The Magic of Automation (Episode 1)


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Begin at the beginning: Estimating and order entry

By Noel Ward, Editor@Large

Before a new job arrives in your shop your team should be making sure it will fit your schedule and move smoothly through your system. Back in the old days, like 20 years ago, you didn’t always know about incoming jobs until someone walked in the door with a disc or thumb drive (or if you go back another ten years, a “mechanical”). The person at the front desk—now usually called a Customer Service Rep or CSR—would manually write down all the job specs so you could crunch the numbers and get back to the customer with a quote. This still happens in many shops. Other times you’d have the luxury of preparing a quote in advance. The job would come in a few days later and your team would go to work. The pace was slower, the work got done, life was good.

Then customers began expecting jobs faster, sometimes even the same day. Old work processes—like re-entering job ticket information and shuffling paper around—were eating up too much time and you realized you needed a bit more capability than the “digital storefront” offered by the RIP for your digital press. That “more” turns out to be a Print MIS and an end-to-end workflow that begins when a customer pulls up your website on their computer or tablet or phone, keys in the specs for a new job, and uploads some files to your server so it is waiting the next time you or your CSR log in. The steps go all the way through shipping or delivery. Some jobs may be all but invisible until pages begin streaming off your press.

Avoiding Pain Points
“The point of an automated workflow is to reduce and even eliminate the pain points that come with old-school or manual processes,” says Josh Perkins, Solutions Architect & Product Manager at Avanti Systems in North York, Ontario. “The first step is avoiding re-entry of information. Not only does this eliminate redundant effort and the chance of errors, it speeds a job into production.”

Of course, not all jobs arrive electronically. Some come in FedEx or UPS packages and customers are still known to walk through the front door. But the more thorough and rigorous the capturing of job ticket information, the easier it is for a job to move from the CSR to pre-press to production to finishing and to shipping.

In doing this, all the information from the age of manual forms is still in play. But now quantities, colors, templates, finishing requirements, shipping instructions, and more are captured all at once, reducing accidental errors. Not a bad thing. I remember a project I ran back in the bad old days where we printed a couple webs of paper on each press run, always with the same print provider. It was always a one-color job in PMS 280 blue. But somewhere in the job ticketing process someone put PMS 283 (a much lighter hue) on the job ticket—which went unnoticed until both webs were printed. It worked out okay (after the yelling died down) but it was the kind of error that would have been much less likely in an automated system because job specs would have been previously locked down as part of the standard order.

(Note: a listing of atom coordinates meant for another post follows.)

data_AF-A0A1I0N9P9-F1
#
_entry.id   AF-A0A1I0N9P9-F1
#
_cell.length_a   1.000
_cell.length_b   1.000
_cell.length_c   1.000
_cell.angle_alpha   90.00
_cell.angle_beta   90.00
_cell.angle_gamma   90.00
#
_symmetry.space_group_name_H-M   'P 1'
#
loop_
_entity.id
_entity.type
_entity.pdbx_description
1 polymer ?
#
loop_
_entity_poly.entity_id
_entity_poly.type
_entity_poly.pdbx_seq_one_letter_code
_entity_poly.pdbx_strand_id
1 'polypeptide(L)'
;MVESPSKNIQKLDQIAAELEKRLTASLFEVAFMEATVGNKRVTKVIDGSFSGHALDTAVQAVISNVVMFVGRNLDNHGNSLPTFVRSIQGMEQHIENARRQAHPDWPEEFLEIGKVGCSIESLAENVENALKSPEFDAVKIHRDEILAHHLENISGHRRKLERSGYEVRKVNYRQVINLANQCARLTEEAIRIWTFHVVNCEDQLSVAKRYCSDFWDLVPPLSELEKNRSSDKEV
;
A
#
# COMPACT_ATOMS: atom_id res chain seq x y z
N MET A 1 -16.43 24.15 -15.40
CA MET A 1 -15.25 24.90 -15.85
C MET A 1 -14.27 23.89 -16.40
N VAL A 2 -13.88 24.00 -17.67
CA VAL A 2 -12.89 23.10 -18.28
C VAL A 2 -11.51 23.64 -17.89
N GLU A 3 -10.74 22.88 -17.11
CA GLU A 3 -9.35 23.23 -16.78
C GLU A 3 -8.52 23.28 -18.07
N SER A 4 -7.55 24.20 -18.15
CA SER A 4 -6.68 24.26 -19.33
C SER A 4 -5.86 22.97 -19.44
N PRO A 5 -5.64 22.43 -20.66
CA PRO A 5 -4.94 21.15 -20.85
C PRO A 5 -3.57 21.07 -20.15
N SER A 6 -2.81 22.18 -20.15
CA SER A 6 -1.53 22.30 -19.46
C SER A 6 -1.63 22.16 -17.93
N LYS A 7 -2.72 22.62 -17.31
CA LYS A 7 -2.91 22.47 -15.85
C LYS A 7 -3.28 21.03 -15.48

Detailed communications
More than a few jobs these days come with SLAs (Service Level Agreements), such as ‘this job must ship to three locations, via overnight FedEx, within five days of submission.’ While this kind of detail can be overlooked when re-entering information during a manual job ticketing process, it can easily and automatically be part of an electronic job ticket so recurring jobs are produced and shipped on schedule. Depending on the requirements of the SLA, the job ticketing may even accommodate changes in production planning, so the delivery time occurs within the specified five-day window. For example, an automated workflow that begins when a job arrives can adjust production schedules to meet deadlines and maintain efficiency.

It can also be simpler. An automated workflow can schedule jobs that will use the same type of paper to run in succession, eliminating the need for some paper changes. Or a rush job can be automatically inserted into the workflow to meet an unexpected deadline. An automated workflow can also notify a press operator that a scheduled job has not yet arrived, leaving extra—but still committed—space in the print queue. Print shops have adjusted schedules for decades, but with an automated workflow the moving parts are much more visible and easier to change. Think of it as the 21st century version of the big white board that once occupied a wall in your production department, except that now it’s on computer screens and adjusts production on its own to make your operation more efficient.

Too Much Can be More Than Enough
Whether an estimator sees a job or not, the classic information such as quantities, covering/binding/finishing requirements, paper weight, type and sizes, and color needs (i.e., CMYK and spot colors), bleeds, layouts, possibly press preferences, and shipping instructions should always be included. Once the estimate is complete and provided to the customer, any final details can be worked out and the job can begin. The collected information will drive the job through to completion and shipping. It is the starting point of a fully automated workflow that seamlessly passes jobs between departments where staff and equipment are all guided by one consistent job ticket that holds all the necessary information to see a job through to completion and delivery

Still, not everyone needs to know everything about every job. In busy operations an automated workflow can easily provide individual team members with more information than they need. The advantage with Print MIS workflows such as Avanti Slingshot is adaptability. For example, the pre-press person needs to know about the paper type, spot colors, the four-edged bleed and the deadline, but maybe not that the job has to go out via UPS on Thursday to three specific addresses. The guy in shipping probably doesn’t know what spot colors are or what a four-edge bleed is, let alone that the job he’s boxing up has them. But he must know precisely where the job is going and which carrier to use. An automated workflow can be configured so people only see what is needed to do their job. This reduces the chance of confusion or misinterpreting information that could result in an error. Yet, all information can be available when needed to help make your operation more efficient and profitable.